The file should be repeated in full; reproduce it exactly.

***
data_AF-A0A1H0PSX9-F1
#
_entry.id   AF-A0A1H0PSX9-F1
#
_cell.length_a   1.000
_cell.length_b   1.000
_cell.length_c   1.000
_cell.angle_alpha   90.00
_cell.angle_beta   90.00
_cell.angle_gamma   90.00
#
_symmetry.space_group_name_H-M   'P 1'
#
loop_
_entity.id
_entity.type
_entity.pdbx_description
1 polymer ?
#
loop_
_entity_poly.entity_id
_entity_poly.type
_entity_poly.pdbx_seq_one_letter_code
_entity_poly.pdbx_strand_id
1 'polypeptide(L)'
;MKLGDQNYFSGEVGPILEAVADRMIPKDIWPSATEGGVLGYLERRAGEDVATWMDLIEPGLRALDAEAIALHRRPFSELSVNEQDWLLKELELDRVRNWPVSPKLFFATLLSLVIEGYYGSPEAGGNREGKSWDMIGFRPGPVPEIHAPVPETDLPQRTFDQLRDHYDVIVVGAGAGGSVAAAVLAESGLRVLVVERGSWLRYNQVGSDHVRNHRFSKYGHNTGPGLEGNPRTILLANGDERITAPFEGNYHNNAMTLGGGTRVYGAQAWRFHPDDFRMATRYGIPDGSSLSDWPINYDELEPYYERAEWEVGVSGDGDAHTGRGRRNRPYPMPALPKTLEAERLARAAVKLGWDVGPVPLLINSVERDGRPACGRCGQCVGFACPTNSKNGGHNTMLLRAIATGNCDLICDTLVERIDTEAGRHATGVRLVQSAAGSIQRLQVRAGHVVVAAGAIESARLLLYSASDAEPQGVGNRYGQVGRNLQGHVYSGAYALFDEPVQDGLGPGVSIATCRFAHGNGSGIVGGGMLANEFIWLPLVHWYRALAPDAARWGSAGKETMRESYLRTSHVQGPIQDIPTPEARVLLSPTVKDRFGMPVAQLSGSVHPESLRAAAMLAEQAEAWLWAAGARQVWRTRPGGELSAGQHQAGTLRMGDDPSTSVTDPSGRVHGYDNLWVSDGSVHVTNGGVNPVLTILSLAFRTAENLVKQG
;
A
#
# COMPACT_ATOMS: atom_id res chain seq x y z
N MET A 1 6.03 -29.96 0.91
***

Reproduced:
data_AF-A0A1H0PSX9-F1
#
_entry.id   AF-A0A1H0PSX9-F1
#
_cell.length_a   1.000
_cell.length_b   1.000
_cell.length_c   1.000
_cell.angle_alpha   90.00
_cell.angle_beta   90.00
_cell.angle_gamma   90.00
#
_symmetry.space_group_name_H-M   'P 1'
#
loop_
_entity.id
_entity.type
_entity.pdbx_description
1 polymer ?
#
loop_
_entity_poly.entity_id
_entity_poly.type
_entity_poly.pdbx_seq_one_letter_code
_entity_poly.pdbx_strand_id
1 'polypeptide(L)'
;MKLGDQNYFSGEVGPILEAVADRMIPKDIWPSATEGGVLGYLERRAGEDVATWMDLIEPGLRALDAEAIALHRRPFSELSVNEQDWLLKELELDRVRNWPVSPKLFFATLLSLVIEGYYGSPEAGGNREGKSWDMIGFRPGPVPEIHAPVPETDLPQRTFDQLRDHYDVIVVGAGAGGSVAAAVLAESGLRVLVVERGSWLRYNQVGSDHVRNHRFSKYGHNTGPGLEGNPRTILLANGDERITAPFEGNYHNNAMTLGGGTRVYGAQAWRFHPDDFRMATRYGIPDGSSLSDWPINYDELEPYYERAEWEVGVSGDGDAHTGRGRRNRPYPMPALPKTLEAERLARAAVKLGWDVGPVPLLINSVERDGRPACGRCGQCVGFACPTNSKNGGHNTMLLRAIATGNCDLICDTLVERIDTEAGRHATGVRLVQSAAGSIQRLQVRAGHVVVAAGAIESARLLLYSASDAEPQGVGNRYGQVGRNLQGHVYSGAYALFDEPVQDGLGPGVSIATCRFAHGNGSGIVGGGMLANEFIWLPLVHWYRALAPDAARWGSAGKETMRESYLRTSHVQGPIQDIPTPEARVLLSPTVKDRFGMPVAQLSGSVHPESLRAAAMLAEQAEAWLWAAGARQVWRTRPGGELSAGQHQAGTLRMGDDPSTSVTDPSGRVHGYDNLWVSDGSVHVTNGGVNPVLTILSLAFRTAENLVKQG
;
A
#
# COMPACT_ATOMS: atom_id res chain seq x y z
N MET A 1 6.03 -29.96 0.91